Moderate obstructive sleep apnea can significantly increase risk of sudden cardiac death, a study found.
Researchers examined the relationship between sleep apnea and sudden cardiac death, building off of their prior study that found people with sleep apnea more frequently died suddenly from cardiac causes between 10 p.m. and 6 a.m., which is the least likely time for sudden cardiac death in the general population.
Researchers followed 10,701 subjects for an average of 5.3 years for incidents of resuscitated or fatal sudden cardiac death. Results appeared online June 11 at the Journal of the American College of Cardiology.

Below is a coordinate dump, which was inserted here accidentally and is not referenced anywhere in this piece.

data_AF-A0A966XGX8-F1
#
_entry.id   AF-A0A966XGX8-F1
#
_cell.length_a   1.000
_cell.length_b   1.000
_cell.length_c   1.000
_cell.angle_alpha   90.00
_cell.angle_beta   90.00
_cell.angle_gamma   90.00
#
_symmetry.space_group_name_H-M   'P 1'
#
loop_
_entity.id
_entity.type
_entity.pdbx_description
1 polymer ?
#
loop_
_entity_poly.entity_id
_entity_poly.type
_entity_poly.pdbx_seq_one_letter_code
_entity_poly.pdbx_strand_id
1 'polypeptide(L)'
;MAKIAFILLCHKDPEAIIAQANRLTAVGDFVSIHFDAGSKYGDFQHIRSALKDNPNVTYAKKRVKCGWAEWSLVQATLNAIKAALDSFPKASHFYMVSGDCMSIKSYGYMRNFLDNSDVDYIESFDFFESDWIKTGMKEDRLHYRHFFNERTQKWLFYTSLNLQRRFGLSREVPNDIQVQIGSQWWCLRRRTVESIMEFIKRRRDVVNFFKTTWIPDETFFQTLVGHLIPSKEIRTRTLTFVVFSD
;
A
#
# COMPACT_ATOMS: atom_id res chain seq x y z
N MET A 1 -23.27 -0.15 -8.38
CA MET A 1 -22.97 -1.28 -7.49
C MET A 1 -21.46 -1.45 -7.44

During the study, 142 patients experienced sudden cardiac death (annual rate 0.27%)., with the most common predictors being 60 years of age (hazard ratio [HR], 5.53), having 20 apnea episodes an hour (HR, 160), mean nocturnal oxygen saturation of 93% (HR, 2.93), and lowest nocturnal oxygen saturation of 78% (HR, 2.60), the last of which raised risk of sudden cardiac death by 80% (all P less than 0.0001).
Researchers noted that sleep apnea patients' risk of sudden cardiac death does not simply shift from day to night but that their overall risk of sudden cardiac death is higher than people without sleep apnea. "Our present findings suggest that this increase of SCD (sudden cardiac death) during the night may represent 'excess' deaths, rather than simply a shift of SCD from other times of the day to the night."